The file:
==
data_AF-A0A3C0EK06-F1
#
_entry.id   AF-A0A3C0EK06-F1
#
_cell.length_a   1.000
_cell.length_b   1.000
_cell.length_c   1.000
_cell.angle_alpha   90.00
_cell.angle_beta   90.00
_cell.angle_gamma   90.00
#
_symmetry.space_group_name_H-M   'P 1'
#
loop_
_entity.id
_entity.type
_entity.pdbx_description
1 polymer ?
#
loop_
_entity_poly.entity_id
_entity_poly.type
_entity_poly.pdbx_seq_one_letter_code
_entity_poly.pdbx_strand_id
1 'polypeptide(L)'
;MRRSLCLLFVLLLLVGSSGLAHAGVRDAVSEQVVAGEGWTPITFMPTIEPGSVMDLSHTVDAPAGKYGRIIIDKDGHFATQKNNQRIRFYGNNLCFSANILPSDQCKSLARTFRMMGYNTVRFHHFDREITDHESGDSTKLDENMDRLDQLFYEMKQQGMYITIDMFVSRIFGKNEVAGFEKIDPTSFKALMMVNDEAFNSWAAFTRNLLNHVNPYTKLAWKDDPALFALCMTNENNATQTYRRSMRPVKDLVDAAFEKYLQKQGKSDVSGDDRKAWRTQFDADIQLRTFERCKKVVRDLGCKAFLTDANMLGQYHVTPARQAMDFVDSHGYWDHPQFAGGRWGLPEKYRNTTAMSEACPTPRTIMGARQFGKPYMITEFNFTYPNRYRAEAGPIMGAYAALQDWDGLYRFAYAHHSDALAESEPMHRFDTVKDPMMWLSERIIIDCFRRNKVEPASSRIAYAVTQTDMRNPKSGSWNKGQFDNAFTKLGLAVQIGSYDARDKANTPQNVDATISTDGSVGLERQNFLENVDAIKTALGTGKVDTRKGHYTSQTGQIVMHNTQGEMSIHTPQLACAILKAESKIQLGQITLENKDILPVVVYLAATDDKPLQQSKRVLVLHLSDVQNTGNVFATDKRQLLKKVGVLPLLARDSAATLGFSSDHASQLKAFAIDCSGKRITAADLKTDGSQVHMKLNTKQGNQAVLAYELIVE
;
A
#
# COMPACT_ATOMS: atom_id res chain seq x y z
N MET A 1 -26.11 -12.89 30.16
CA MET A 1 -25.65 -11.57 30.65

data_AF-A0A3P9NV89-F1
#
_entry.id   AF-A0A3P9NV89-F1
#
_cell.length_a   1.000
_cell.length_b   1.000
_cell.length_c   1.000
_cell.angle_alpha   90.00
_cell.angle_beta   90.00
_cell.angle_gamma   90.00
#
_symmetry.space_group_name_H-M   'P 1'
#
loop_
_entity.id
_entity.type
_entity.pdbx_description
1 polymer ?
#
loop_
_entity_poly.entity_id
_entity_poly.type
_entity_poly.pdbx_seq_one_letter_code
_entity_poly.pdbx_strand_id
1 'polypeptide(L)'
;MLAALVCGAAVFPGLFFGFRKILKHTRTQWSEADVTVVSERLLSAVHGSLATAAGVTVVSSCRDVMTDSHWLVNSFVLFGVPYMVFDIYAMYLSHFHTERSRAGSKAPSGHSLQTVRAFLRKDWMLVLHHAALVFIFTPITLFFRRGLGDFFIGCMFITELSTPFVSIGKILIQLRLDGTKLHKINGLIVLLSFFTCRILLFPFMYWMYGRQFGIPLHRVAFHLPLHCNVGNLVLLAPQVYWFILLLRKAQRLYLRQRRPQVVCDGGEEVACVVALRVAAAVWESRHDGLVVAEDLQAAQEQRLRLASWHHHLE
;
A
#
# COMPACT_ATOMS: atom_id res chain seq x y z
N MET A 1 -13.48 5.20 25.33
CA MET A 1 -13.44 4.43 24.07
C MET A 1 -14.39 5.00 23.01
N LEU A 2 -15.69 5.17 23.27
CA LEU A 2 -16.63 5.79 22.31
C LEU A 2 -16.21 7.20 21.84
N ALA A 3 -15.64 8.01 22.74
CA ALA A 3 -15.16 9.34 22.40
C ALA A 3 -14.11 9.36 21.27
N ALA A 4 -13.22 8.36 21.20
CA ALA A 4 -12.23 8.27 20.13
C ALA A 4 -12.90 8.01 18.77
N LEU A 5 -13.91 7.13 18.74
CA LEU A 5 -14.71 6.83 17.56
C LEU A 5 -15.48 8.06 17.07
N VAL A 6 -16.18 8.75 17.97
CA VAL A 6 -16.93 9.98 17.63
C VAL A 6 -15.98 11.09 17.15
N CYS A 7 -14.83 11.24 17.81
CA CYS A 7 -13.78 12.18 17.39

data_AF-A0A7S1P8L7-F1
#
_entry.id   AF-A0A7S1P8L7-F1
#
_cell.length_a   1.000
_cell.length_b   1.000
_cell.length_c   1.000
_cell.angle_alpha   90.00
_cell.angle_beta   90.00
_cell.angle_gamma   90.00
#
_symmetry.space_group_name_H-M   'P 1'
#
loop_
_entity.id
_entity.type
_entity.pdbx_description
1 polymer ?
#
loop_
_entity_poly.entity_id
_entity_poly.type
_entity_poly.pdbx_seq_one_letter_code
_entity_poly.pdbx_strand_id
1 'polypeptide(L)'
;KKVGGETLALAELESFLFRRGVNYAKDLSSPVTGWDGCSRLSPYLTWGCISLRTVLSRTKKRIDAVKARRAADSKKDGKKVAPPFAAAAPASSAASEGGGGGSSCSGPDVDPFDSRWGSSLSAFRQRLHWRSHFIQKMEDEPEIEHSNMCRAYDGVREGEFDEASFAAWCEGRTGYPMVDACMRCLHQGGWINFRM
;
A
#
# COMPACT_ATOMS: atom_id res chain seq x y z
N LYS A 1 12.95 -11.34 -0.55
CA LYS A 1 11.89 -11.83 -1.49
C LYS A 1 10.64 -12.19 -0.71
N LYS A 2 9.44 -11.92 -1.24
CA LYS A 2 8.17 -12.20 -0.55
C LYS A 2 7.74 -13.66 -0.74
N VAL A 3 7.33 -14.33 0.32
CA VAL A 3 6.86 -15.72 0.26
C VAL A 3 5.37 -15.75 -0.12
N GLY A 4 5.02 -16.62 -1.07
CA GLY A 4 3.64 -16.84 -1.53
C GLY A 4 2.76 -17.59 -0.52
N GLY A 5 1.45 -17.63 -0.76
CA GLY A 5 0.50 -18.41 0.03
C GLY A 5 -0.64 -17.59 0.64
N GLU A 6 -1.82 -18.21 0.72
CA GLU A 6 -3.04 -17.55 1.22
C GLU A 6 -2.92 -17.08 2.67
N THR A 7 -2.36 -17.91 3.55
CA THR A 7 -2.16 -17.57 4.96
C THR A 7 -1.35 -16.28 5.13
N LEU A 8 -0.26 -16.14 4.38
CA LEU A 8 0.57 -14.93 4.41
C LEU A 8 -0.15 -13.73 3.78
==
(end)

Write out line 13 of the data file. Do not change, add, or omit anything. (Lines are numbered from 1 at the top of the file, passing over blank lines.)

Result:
#